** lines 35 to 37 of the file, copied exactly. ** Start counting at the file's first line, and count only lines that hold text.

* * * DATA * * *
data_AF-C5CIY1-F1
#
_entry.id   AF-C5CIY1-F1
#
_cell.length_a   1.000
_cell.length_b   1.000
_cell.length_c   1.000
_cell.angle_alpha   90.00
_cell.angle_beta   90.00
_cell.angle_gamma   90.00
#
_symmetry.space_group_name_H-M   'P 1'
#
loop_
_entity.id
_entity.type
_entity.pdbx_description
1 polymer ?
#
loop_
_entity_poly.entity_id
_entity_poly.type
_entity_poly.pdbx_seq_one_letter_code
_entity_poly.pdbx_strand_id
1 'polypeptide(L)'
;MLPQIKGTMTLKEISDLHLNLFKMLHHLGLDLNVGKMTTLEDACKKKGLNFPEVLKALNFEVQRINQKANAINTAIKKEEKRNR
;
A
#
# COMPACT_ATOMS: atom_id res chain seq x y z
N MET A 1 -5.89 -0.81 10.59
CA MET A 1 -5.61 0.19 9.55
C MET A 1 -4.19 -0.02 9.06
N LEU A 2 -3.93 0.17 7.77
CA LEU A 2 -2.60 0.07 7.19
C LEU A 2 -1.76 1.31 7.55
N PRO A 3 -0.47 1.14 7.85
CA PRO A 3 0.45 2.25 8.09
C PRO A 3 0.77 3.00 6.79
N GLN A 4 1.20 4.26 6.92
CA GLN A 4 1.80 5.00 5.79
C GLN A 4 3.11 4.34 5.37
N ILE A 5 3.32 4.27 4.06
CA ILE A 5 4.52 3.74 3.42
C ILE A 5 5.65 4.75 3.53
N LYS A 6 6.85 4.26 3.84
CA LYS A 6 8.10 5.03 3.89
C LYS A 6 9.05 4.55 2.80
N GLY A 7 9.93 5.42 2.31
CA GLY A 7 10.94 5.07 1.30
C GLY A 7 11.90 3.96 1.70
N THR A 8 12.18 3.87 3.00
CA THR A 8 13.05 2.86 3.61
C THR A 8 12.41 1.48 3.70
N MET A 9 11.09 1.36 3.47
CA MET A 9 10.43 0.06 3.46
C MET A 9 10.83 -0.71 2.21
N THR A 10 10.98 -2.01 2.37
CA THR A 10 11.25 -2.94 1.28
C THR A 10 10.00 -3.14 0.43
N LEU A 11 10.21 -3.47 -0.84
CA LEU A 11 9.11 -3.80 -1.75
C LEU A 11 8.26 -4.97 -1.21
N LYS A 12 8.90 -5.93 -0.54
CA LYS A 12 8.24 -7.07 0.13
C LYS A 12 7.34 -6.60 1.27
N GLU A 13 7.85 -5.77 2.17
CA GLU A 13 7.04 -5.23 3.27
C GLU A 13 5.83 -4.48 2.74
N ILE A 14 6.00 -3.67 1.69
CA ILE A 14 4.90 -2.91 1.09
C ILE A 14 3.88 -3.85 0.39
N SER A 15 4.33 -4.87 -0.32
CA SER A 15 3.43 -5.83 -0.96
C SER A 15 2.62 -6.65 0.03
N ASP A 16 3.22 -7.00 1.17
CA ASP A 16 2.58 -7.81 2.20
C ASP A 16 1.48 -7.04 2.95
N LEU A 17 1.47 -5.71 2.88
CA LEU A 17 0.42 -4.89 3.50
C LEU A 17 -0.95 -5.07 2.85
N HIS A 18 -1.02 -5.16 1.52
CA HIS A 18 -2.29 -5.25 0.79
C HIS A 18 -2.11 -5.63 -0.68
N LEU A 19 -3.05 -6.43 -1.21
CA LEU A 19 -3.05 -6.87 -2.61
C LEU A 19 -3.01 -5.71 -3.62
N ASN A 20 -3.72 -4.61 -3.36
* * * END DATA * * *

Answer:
CA LEU A 2 -2.60 0.07 7.19
C LEU A 2 -1.76 1.31 7.55
N PRO A 3 -0.47 1.14 7.85